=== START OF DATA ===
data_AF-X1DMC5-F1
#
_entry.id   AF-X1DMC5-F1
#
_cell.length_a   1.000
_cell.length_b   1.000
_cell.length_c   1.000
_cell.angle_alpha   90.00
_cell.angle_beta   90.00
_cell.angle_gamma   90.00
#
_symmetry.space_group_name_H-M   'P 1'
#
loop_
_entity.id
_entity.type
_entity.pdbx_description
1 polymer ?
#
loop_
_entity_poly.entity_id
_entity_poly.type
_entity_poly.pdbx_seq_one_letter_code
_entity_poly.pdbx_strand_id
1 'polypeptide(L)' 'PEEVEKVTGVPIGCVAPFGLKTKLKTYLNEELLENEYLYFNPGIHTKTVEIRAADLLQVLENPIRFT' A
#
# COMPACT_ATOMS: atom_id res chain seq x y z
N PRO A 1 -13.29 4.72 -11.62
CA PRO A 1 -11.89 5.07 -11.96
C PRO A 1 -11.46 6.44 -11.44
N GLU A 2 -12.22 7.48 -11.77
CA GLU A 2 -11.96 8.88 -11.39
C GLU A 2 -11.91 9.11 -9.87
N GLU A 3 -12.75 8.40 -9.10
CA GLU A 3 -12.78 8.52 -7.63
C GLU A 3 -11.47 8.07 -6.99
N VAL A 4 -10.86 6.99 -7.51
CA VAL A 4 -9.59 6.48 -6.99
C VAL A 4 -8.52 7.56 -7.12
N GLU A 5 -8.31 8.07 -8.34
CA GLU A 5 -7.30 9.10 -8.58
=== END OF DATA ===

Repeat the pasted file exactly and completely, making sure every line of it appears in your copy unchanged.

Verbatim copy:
data_AF-X1DMC5-F1
#
_entry.id   AF-X1DMC5-F1
#
_cell.length_a   1.000
_cell.length_b   1.000
_cell.length_c   1.000
_cell.angle_alpha   90.00
_cell.angle_beta   90.00
_cell.angle_gamma   90.00
#
_symmetry.space_group_name_H-M   'P 1'
#
loop_
_entity.id
_entity.type
_entity.pdbx_description
1 polymer ?
#
loop_
_entity_poly.entity_id
_entity_poly.type
_entity_poly.pdbx_seq_one_letter_code
_entity_poly.pdbx_strand_id
1 'polypeptide(L)' 'PEEVEKVTGVPIGCVAPFGLKTKLKTYLNEELLENEYLYFNPGIHTKTVEIRAADLLQVLENPIRFT' A
#
# COMPACT_ATOMS: atom_id res chain seq x y z
N PRO A 1 -13.29 4.72 -11.62
CA PRO A 1 -11.89 5.07 -11.96
C PRO A 1 -11.46 6.44 -11.44
N GLU A 2 -12.22 7.48 -11.77
CA GLU A 2 -11.96 8.88 -11.39
C GLU A 2 -11.91 9.11 -9.87
N GLU A 3 -12.75 8.40 -9.10
CA GLU A 3 -12.78 8.52 -7.63
C GLU A 3 -11.47 8.07 -6.99
N VAL A 4 -10.86 6.99 -7.51
CA VAL A 4 -9.59 6.48 -6.99
C VAL A 4 -8.52 7.56 -7.12
N GLU A 5 -8.31 8.07 -8.34
CA GLU A 5 -7.30 9.10 -8.58